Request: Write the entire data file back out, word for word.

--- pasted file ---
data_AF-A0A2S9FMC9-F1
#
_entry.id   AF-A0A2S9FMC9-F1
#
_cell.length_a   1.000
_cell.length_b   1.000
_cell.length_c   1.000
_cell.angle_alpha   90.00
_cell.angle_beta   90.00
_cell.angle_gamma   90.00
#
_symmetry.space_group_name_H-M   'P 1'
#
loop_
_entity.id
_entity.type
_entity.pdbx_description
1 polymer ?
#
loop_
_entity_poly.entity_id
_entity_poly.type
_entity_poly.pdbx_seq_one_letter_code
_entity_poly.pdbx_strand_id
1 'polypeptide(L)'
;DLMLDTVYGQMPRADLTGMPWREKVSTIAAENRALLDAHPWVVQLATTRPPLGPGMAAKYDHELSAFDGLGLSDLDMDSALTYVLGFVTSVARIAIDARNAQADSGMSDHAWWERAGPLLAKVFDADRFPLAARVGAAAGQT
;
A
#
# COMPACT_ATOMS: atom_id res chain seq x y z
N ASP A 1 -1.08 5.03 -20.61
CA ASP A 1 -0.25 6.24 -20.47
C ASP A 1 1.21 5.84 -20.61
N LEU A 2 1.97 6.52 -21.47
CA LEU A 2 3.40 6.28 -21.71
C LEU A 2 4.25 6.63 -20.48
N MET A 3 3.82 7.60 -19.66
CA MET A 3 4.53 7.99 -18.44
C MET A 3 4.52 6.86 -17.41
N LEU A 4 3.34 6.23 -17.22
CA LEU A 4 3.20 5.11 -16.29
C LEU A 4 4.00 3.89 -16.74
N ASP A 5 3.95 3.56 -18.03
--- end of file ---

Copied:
data_AF-A0A2S9FMC9-F1
#
_entry.id   AF-A0A2S9FMC9-F1
#
_cell.length_a   1.000
_cell.length_b   1.000
_cell.length_c   1.000
_cell.angle_alpha   90.00
_cell.angle_beta   90.00
_cell.angle_gamma   90.00
#
_symmetry.space_group_name_H-M   'P 1'
#
loop_
_entity.id
_entity.type
_entity.pdbx_description
1 polymer ?
#
loop_
_entity_poly.entity_id
_entity_poly.type
_entity_poly.pdbx_seq_one_letter_code
_entity_poly.pdbx_strand_id
1 'polypeptide(L)'
;DLMLDTVYGQMPRADLTGMPWREKVSTIAAENRALLDAHPWVVQLATTRPPLGPGMAAKYDHELSAFDGLGLSDLDMDSALTYVLGFVTSVARIAIDARNAQADSGMSDHAWWERAGPLLAKVFDADRFPLAARVGAAAGQT
;
A
#
# COMPACT_ATOMS: atom_id res chain seq x y z
N ASP A 1 -1.08 5.03 -20.61
CA ASP A 1 -0.25 6.24 -20.47
C ASP A 1 1.21 5.84 -20.61
N LEU A 2 1.97 6.52 -21.47
CA LEU A 2 3.40 6.28 -21.71
C LEU A 2 4.25 6.63 -20.48
N MET A 3 3.82 7.60 -19.66
CA MET A 3 4.53 7.99 -18.44
C MET A 3 4.52 6.86 -17.41
N LEU A 4 3.34 6.23 -17.22
CA LEU A 4 3.20 5.11 -16.29
C LEU A 4 4.00 3.89 -16.74
N ASP A 5 3.95 3.56 -18.03